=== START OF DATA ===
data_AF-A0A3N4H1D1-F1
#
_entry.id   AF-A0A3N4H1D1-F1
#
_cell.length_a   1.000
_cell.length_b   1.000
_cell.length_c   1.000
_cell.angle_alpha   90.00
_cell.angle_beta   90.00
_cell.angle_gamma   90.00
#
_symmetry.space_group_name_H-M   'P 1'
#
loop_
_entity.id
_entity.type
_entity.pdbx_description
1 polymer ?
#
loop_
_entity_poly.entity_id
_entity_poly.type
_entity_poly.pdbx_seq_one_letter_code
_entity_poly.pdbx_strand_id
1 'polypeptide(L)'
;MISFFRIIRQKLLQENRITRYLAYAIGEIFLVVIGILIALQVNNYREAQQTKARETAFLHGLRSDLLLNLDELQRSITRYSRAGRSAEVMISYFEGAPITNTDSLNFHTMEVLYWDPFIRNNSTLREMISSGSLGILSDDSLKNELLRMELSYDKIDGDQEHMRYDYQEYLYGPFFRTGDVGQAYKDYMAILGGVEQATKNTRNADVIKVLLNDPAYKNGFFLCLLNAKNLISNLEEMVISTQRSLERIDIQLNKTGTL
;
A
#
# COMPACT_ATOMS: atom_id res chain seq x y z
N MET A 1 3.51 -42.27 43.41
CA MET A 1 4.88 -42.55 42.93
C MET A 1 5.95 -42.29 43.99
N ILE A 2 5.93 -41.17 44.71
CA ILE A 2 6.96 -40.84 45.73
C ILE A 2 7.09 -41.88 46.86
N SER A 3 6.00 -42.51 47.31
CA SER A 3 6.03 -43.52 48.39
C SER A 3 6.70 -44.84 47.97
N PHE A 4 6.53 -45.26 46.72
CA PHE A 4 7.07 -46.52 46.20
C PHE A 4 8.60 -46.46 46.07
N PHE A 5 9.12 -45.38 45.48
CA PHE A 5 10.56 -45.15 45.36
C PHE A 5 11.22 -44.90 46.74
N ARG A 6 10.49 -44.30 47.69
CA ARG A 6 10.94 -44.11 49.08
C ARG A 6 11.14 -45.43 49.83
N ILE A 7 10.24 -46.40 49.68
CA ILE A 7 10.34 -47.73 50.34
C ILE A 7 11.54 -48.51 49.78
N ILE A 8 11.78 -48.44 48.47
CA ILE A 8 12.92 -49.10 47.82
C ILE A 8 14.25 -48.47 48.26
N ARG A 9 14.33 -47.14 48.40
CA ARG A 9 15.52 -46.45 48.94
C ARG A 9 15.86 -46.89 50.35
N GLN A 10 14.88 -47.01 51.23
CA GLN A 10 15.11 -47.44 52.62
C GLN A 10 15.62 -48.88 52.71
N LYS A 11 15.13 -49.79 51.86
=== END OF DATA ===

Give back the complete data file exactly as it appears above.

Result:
data_AF-A0A3N4H1D1-F1
#
_entry.id   AF-A0A3N4H1D1-F1
#
_cell.length_a   1.000
_cell.length_b   1.000
_cell.length_c   1.000
_cell.angle_alpha   90.00
_cell.angle_beta   90.00
_cell.angle_gamma   90.00
#
_symmetry.space_group_name_H-M   'P 1'
#
loop_
_entity.id
_entity.type
_entity.pdbx_description
1 polymer ?
#
loop_
_entity_poly.entity_id
_entity_poly.type
_entity_poly.pdbx_seq_one_letter_code
_entity_poly.pdbx_strand_id
1 'polypeptide(L)'
;MISFFRIIRQKLLQENRITRYLAYAIGEIFLVVIGILIALQVNNYREAQQTKARETAFLHGLRSDLLLNLDELQRSITRYSRAGRSAEVMISYFEGAPITNTDSLNFHTMEVLYWDPFIRNNSTLREMISSGSLGILSDDSLKNELLRMELSYDKIDGDQEHMRYDYQEYLYGPFFRTGDVGQAYKDYMAILGGVEQATKNTRNADVIKVLLNDPAYKNGFFLCLLNAKNLISNLEEMVISTQRSLERIDIQLNKTGTL
;
A
#
# COMPACT_ATOMS: atom_id res chain seq x y z
N MET A 1 3.51 -42.27 43.41
CA MET A 1 4.88 -42.55 42.93
C MET A 1 5.95 -42.29 43.99
N ILE A 2 5.93 -41.17 44.71
CA ILE A 2 6.96 -40.84 45.73
C ILE A 2 7.09 -41.88 46.86
N SER A 3 6.00 -42.51 47.31
CA SER A 3 6.03 -43.52 48.39
C SER A 3 6.70 -44.84 47.97
N PHE A 4 6.53 -45.26 46.72
CA PHE A 4 7.07 -46.52 46.20
C PHE A 4 8.60 -46.46 46.07
N PHE A 5 9.12 -45.38 45.48
CA PHE A 5 10.56 -45.15 45.36
C PHE A 5 11.22 -44.90 46.74
N ARG A 6 10.49 -44.30 47.69
CA ARG A 6 10.94 -44.11 49.08
C ARG A 6 11.14 -45.43 49.83
N ILE A 7 10.24 -46.40 49.68
CA ILE A 7 10.34 -47.73 50.34
C ILE A 7 11.54 -48.51 49.78
N ILE A 8 11.78 -48.44 48.47
CA ILE A 8 12.92 -49.10 47.82
C ILE A 8 14.25 -48.47 48.26
N ARG A 9 14.33 -47.14 48.40
CA ARG A 9 15.52 -46.45 48.94
C ARG A 9 15.86 -46.89 50.35
N GLN A 10 14.88 -47.01 51.23
CA GLN A 10 15.11 -47.44 52.62
C GLN A 10 15.62 -48.88 52.71
N LYS A 11 15.13 -49.79 51.86